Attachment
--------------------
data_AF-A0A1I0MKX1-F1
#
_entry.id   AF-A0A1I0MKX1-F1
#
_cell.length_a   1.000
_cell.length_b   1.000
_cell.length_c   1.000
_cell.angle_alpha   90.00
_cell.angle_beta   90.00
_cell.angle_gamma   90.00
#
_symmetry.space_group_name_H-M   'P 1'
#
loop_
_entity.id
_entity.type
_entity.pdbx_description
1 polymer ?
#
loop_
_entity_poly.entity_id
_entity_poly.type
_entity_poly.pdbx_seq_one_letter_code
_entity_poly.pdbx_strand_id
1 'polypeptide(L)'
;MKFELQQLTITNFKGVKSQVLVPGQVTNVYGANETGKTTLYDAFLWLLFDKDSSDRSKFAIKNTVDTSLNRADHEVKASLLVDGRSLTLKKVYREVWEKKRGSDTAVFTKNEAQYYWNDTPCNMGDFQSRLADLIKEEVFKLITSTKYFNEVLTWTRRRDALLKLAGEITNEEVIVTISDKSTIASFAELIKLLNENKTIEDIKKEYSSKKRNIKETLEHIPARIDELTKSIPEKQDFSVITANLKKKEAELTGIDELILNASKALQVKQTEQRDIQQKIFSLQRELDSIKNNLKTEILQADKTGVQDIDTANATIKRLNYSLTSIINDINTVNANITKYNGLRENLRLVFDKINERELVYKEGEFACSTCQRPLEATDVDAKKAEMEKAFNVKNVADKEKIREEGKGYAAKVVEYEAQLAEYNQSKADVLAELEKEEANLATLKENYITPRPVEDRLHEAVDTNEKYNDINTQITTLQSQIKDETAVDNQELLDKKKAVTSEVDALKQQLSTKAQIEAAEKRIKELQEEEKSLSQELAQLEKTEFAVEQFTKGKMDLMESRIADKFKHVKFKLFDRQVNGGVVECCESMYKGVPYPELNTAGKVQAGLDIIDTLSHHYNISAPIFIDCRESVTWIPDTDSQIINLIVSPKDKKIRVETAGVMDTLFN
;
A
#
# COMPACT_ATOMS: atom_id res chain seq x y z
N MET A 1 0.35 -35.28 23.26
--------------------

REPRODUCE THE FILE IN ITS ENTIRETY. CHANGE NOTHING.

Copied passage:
data_AF-A0A1I0MKX1-F1
#
_entry.id   AF-A0A1I0MKX1-F1
#
_cell.length_a   1.000
_cell.length_b   1.000
_cell.length_c   1.000
_cell.angle_alpha   90.00
_cell.angle_beta   90.00
_cell.angle_gamma   90.00
#
_symmetry.space_group_name_H-M   'P 1'
#
loop_
_entity.id
_entity.type
_entity.pdbx_description
1 polymer ?
#
loop_
_entity_poly.entity_id
_entity_poly.type
_entity_poly.pdbx_seq_one_letter_code
_entity_poly.pdbx_strand_id
1 'polypeptide(L)'
;MKFELQQLTITNFKGVKSQVLVPGQVTNVYGANETGKTTLYDAFLWLLFDKDSSDRSKFAIKNTVDTSLNRADHEVKASLLVDGRSLTLKKVYREVWEKKRGSDTAVFTKNEAQYYWNDTPCNMGDFQSRLADLIKEEVFKLITSTKYFNEVLTWTRRRDALLKLAGEITNEEVIVTISDKSTIASFAELIKLLNENKTIEDIKKEYSSKKRNIKETLEHIPARIDELTKSIPEKQDFSVITANLKKKEAELTGIDELILNASKALQVKQTEQRDIQQKIFSLQRELDSIKNNLKTEILQADKTGVQDIDTANATIKRLNYSLTSIINDINTVNANITKYNGLRENLRLVFDKINERELVYKEGEFACSTCQRPLEATDVDAKKAEMEKAFNVKNVADKEKIREEGKGYAAKVVEYEAQLAEYNQSKADVLAELEKEEANLATLKENYITPRPVEDRLHEAVDTNEKYNDINTQITTLQSQIKDETAVDNQELLDKKKAVTSEVDALKQQLSTKAQIEAAEKRIKELQEEEKSLSQELAQLEKTEFAVEQFTKGKMDLMESRIADKFKHVKFKLFDRQVNGGVVECCESMYKGVPYPELNTAGKVQAGLDIIDTLSHHYNISAPIFIDCRESVTWIPDTDSQIINLIVSPKDKKIRVETAGVMDTLFN
;
A
#
# COMPACT_ATOMS: atom_id res chain seq x y z
N MET A 1 0.35 -35.28 23.26